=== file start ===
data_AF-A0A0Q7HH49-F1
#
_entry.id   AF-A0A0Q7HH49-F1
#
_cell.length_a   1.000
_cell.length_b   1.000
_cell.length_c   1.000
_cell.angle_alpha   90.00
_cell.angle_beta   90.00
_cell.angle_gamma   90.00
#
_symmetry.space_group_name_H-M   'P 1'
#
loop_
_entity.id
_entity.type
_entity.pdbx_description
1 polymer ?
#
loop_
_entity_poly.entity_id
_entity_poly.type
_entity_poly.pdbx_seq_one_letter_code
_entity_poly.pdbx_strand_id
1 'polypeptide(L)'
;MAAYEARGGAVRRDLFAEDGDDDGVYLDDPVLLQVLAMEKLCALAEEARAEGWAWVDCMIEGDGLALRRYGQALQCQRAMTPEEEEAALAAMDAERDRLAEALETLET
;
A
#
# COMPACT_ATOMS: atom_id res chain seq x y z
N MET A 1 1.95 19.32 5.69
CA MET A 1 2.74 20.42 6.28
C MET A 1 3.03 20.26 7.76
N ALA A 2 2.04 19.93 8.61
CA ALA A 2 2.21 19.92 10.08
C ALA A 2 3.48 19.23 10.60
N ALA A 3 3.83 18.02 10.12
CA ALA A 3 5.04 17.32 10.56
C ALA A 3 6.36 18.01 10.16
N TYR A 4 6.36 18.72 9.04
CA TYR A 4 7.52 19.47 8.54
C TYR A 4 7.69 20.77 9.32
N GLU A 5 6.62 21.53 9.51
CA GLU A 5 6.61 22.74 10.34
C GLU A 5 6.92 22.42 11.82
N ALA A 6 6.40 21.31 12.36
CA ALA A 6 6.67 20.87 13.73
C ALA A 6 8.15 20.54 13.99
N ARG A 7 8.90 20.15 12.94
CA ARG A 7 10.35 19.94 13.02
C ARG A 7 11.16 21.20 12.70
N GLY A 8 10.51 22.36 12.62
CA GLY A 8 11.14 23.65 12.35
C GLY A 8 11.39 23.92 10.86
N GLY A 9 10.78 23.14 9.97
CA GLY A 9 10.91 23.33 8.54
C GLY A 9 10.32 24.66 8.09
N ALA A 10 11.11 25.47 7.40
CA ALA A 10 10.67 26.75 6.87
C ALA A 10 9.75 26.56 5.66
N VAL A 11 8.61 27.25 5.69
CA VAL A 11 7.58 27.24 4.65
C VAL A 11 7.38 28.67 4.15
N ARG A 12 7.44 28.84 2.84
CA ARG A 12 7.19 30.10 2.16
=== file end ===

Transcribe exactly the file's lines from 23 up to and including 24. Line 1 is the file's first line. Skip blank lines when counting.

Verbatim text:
_entity_poly.pdbx_seq_one_letter_code
_entity_poly.pdbx_strand_id